Friday, May 07, 2010

Should You Pursue an MBA?

This article is part of a series discussing the selection of a school for earning an MBA degree online. Having discussed the value of online degrees and the importance of the AACSB as the chief accrediting body, I would like to step back at this point and discuss the reasons why you may want to earn an MBA – and why you may not want to chose that route.

The Master of Business Administration is a specialized degree, prized by most business professionals for its practical value. That is, there’s nothing wrong with a college degree, but some degrees are considered a requirement for certain fields. Engineers need engineering degrees, for example, and so it came about that corporations and business people came to value degrees in business. The MBA is generally recognized as the professional standard for managerial education, regardless of what concentration is chosen. As a result, many students earn an MBA in hopes of rising to high management positions with successful companies. The prominence of the school is also considered by many companies when hiring a student with little direct work experience.

So far, so good. But why would you need an MBA? Don’t companies promote employees to management without MBAs, and isn’t industry experience and your work record more important? Well, yes and no. Large companies pretty much always have a formal procedure for hiring and promotions, and for some positions an advanced degree is expected. Also, an MBA is almost never regarded as a liability, especially when combined with solid experience. The only times that an MBA would be viewed negatively, would be in cases where the experience is incompatible with the degree, or where the school issuing the degree is viewed in a negative light. Generally, therefore, earning an MBA is going to help your career, although it is no guarantee of success in and of itself.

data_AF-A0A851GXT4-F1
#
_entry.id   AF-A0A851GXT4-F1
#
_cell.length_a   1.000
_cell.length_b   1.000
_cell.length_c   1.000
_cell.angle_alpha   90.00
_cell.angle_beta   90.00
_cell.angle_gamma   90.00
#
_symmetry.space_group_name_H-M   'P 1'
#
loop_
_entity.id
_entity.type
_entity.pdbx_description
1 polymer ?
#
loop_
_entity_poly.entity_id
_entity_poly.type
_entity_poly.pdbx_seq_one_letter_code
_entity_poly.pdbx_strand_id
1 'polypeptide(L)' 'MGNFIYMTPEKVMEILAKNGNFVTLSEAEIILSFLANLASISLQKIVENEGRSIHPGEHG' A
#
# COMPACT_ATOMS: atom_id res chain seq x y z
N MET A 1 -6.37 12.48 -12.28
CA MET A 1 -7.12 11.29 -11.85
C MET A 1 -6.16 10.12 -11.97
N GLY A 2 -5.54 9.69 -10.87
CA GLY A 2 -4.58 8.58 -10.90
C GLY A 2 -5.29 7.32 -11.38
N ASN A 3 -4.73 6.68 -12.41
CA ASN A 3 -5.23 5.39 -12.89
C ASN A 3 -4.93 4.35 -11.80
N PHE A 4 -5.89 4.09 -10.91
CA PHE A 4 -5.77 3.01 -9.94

On the other hand, however, many people who pursue the MBA do not have a specific career strategy in place. That is, they hope that getting an MBA will help them, although they do not know what they will do with the degree. This is a mistake on multiple levels. Not only is it a bad idea to assume that the degree will make your career happen for you, rather than earning your rewards through your work and initiative, it’s also impossible to make the degree work to your advantage if you don’t have a plan for it. Medical students are expected to select specialties and focus of study, and the same for law students. Business students, therefore, should also understand that they also need to earn a degree which suits their professional interests and skills. In the first place, MBA candidates need to focus on concentrations in Operations Management, Entrepreneurship, Accounting, Supply Chain, Real Estate, Finance, Marketing, Banking, Healthcare, Human Resources, Law, Medicine, Information Technology, Engineering, Hospitality, or Manufacturing. The schools which offer MBAs in the chosen concentrations, and the curriculum needed for that choice, are quite varied and careful choices must be made. As a general rule of thumb, if you do not know what concentration you would choose, you are not ready to apply to a graduate-level business school. Just going after an MBA is a waste of time and money without a solid plan.